Back to Writing

Unexpected Uses of Innovative Products

It is quickly becoming apparent that Facebook has more uses than previously thought possible. Companies are so smitten with this new social platform that they are centering advertising campaigns on driving consumers to their corporate Facebook pages. Dissatisfied populaces are using it to express political sentiments, rally citizens to their cause, and stage protests. And it may also become the focal point in negotiations for the liberalization of Chinese censorship.

The American government has always taken issue with Chinese limitations on freedom of speech. The Chinese government has erected hefty firewalls that block non-approved sites, information and content. The US government has protested this as a violation of human rights, but never taken a strong stance on the issue.

The Chinese government’s Internet censorship is now impacting on the American economy, the US has serious beef with that. This BusinessWeek article,

“China’s Facebook Syndrome” by Brendan Greenley and Mark Drajem, points out that Internet users in China represent the largest online market in the world, yet companies like Facebook, Google, and Twitter are denied access to more than 400 million users. They ask how is this ban different than having American products stopped at the border by customs officials? Internet based companies are quickly becoming the life’s blood of the global economy, and inhibiting US companies from expanding into Chinese markets puts a serious crimp in domestic growth objectives. The US has historically fought for domestic producers, and it is likely that it will continue to fight for domestic service providers to have access to foreign markets in the future.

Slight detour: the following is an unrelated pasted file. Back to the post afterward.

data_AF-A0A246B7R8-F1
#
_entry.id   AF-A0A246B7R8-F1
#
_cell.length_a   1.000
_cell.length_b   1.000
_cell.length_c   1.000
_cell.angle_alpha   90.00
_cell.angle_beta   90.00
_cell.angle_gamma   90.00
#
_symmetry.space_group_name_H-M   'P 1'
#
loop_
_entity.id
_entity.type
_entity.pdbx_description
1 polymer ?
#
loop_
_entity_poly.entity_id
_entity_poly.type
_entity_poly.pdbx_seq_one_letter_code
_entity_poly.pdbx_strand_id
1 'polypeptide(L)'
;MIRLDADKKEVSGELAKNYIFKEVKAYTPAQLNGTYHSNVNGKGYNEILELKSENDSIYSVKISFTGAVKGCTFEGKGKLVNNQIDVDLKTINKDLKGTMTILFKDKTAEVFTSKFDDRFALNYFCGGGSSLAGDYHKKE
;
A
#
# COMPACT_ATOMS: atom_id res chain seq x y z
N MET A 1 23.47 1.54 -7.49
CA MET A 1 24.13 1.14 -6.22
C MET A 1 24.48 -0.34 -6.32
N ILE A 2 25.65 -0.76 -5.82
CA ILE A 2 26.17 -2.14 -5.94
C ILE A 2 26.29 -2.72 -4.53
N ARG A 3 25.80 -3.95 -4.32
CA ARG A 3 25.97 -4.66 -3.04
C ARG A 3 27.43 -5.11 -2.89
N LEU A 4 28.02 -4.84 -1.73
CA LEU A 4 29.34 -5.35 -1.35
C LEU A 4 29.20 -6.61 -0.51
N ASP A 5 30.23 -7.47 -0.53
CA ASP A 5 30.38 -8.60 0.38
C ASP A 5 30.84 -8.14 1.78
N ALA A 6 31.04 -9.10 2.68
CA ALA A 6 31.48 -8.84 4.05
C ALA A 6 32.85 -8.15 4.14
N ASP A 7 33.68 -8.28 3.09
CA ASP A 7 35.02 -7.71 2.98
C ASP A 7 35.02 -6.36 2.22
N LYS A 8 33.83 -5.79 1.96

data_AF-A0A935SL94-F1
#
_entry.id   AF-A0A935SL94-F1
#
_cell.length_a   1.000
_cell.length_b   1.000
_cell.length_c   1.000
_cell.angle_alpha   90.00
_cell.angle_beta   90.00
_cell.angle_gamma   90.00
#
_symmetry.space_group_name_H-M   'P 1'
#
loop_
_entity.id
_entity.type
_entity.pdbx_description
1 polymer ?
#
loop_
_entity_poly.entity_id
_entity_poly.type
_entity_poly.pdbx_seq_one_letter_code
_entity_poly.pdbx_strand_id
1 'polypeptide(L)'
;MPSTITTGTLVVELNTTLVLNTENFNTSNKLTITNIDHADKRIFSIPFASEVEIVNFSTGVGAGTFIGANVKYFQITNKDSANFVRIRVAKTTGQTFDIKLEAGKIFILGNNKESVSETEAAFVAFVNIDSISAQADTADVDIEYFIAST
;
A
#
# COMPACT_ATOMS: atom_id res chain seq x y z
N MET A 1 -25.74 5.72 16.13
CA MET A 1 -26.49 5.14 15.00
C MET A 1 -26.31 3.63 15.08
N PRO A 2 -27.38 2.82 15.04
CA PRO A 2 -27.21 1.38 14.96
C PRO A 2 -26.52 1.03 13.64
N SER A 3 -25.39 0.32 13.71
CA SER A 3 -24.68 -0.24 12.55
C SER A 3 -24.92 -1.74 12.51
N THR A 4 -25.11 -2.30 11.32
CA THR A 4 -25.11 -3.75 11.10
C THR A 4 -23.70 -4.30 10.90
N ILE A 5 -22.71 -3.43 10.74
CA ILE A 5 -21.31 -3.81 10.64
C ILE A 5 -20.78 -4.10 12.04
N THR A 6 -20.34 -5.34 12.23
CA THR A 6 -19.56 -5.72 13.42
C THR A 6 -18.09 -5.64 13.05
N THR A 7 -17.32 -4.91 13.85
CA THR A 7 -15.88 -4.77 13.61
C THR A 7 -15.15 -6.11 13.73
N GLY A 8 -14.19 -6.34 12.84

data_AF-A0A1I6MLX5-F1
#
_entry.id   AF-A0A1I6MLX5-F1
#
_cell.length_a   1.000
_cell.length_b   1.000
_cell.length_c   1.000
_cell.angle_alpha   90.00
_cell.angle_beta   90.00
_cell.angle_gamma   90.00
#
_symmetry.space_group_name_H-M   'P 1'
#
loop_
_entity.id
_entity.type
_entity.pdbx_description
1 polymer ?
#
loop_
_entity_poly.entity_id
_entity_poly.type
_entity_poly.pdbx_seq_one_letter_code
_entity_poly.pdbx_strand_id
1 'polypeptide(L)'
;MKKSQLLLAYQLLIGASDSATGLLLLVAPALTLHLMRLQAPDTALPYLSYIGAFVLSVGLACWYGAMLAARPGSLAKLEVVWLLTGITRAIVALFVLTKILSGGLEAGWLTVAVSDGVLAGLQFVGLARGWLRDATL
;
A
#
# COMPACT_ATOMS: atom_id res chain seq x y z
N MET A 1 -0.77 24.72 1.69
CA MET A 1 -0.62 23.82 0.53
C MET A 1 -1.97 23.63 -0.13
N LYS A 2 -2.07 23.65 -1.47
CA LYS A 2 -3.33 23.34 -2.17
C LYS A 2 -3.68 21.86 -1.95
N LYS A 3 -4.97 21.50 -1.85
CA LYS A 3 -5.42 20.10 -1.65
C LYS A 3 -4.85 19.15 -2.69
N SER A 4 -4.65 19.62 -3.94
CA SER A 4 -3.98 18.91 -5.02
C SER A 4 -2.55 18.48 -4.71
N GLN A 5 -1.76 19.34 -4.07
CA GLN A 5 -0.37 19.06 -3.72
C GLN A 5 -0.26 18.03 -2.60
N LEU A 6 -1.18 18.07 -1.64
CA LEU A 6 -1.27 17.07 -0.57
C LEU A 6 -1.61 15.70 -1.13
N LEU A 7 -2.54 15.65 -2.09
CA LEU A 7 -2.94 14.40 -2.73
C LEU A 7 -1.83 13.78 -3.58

While Facebook may or may not play a prominent role in future diplomatic discussions is not the most interesting take away from this article. Rather, it is that products or services that are designed to encourage the consumer to innovate with the product can be put to unexpected uses and lead to extraordinary results. Facebook is one of many companies that use this concept to effectively leverage the wisdom of crowds and put product innovation in the hands of millions of people. It does not tell users the limitations of the product, rather empowers the individual’s innovation, leading to unexpected results.

Facebook is willing to experiment based user’s feedback, prompt to remove changes users don’t like, and will continue to adapt into the future. For example, perhaps companies will stop using their pages as extensions of their corporate websites, instead using Facebook as a means to connect to socially involved consumers. Perhaps Facebook will start up a Groupon-like structure for the corporate pages, and allow followers of a company to see and purchase exclusive deals. Whatever Facebook ends up doing, innovative users around the world will find uses for the new adaptations, and in turn continue to create global changes that were previously unattainable.

Share this article